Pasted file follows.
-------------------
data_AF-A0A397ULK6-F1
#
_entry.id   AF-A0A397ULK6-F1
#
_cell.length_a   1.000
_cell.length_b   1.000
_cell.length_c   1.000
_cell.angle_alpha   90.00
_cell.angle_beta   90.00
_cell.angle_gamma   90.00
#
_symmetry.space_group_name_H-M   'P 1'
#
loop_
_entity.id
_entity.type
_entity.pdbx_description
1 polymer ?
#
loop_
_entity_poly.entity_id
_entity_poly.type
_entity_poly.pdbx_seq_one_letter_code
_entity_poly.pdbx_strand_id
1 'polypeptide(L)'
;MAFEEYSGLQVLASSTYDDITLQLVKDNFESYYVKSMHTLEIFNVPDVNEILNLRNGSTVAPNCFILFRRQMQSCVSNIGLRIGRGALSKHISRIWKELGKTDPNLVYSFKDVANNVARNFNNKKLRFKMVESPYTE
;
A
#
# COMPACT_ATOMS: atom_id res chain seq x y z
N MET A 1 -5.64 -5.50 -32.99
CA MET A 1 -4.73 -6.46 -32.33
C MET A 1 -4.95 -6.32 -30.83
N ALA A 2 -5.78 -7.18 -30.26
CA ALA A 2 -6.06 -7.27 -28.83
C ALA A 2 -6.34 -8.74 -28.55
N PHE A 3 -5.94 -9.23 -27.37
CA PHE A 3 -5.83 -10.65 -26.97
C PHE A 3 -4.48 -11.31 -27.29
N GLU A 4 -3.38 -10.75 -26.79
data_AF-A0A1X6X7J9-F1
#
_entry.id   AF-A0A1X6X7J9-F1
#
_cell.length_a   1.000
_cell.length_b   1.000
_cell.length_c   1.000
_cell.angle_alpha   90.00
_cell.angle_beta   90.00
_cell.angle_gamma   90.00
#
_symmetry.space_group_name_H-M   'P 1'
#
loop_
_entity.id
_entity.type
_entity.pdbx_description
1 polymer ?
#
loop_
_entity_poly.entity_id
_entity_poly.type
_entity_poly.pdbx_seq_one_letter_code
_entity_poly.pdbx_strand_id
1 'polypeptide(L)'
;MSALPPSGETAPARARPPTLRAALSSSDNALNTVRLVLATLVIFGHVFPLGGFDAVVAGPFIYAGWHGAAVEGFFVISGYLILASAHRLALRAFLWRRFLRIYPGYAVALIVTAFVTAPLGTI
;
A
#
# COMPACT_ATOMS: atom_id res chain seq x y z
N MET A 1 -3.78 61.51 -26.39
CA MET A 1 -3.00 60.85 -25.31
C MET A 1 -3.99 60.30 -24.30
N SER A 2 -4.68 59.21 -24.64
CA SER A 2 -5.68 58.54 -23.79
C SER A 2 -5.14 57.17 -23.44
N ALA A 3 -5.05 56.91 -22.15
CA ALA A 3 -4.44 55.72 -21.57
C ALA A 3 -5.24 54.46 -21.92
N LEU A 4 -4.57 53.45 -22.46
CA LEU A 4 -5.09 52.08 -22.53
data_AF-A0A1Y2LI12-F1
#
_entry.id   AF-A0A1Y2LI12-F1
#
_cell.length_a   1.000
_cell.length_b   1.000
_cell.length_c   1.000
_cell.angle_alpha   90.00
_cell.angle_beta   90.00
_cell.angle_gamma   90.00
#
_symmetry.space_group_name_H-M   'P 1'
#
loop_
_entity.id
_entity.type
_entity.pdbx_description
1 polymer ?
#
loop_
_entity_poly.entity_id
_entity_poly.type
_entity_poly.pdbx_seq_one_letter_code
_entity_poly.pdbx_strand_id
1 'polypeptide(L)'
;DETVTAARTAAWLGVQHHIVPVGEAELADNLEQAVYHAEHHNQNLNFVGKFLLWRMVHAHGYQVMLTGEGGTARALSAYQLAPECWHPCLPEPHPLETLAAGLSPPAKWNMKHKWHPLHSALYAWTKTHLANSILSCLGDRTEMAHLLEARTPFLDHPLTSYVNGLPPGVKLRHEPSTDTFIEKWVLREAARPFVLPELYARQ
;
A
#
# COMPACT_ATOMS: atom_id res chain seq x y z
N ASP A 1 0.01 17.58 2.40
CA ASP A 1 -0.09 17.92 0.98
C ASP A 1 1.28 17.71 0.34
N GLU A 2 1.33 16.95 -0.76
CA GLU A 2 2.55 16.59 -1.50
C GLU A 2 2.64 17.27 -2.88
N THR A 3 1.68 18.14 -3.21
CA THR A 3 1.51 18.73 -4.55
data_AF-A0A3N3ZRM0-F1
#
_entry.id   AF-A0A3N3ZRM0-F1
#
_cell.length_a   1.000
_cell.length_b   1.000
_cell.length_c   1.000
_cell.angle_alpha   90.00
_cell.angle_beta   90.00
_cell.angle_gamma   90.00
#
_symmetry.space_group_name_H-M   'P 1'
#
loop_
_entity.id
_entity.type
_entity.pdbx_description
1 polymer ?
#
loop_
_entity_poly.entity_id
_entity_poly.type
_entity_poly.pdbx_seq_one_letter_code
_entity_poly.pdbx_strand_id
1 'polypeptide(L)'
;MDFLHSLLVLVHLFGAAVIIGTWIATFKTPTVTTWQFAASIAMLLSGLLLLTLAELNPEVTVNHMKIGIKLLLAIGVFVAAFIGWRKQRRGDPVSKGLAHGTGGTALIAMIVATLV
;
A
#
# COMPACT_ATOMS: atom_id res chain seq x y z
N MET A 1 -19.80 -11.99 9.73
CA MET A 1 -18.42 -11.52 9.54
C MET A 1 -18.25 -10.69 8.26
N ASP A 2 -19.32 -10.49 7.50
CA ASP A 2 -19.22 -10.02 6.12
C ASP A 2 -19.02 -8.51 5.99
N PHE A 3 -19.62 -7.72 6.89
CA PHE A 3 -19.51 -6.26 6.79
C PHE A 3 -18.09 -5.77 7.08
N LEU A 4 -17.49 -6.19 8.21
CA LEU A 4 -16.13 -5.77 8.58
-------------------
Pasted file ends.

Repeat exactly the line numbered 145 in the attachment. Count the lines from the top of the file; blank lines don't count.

;MDFLHSLLVLVHLFGAAVIIGTWIATFKTPTVTTWQFAASIAMLLSGLLLLTLAELNPEVTVNHMKIGIKLLLAIGVFVAAFIGWRKQRRGDPVSKGLAHGTGGTALIAMIVATLV